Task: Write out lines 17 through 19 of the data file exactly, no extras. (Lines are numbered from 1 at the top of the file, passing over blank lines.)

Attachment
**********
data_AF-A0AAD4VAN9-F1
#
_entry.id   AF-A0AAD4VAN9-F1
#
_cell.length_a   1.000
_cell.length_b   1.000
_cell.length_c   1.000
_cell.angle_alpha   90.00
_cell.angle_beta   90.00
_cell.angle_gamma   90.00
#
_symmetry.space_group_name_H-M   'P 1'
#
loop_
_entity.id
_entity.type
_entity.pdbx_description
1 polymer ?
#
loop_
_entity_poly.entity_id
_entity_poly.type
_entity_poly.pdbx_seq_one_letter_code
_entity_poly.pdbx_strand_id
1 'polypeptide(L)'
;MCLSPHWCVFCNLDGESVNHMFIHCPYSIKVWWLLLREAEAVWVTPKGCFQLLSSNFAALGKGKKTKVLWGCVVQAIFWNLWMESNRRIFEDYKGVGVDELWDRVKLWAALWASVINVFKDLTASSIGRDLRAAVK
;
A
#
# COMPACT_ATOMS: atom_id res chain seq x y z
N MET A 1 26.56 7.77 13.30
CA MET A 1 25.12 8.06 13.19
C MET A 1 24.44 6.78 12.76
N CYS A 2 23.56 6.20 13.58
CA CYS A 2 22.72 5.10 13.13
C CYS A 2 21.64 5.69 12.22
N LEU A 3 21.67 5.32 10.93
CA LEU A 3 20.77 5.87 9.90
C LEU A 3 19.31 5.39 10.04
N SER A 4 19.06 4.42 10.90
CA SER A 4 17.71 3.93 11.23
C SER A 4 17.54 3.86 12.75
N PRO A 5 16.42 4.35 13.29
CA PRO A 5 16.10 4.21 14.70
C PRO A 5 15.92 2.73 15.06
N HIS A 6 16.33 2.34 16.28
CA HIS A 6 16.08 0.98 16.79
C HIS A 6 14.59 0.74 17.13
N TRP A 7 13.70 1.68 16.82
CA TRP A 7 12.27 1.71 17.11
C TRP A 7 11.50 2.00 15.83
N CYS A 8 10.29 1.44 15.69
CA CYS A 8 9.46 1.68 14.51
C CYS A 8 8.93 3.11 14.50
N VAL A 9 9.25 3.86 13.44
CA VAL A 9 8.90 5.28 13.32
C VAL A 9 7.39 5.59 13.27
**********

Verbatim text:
_entity.pdbx_description
1 polymer ?
#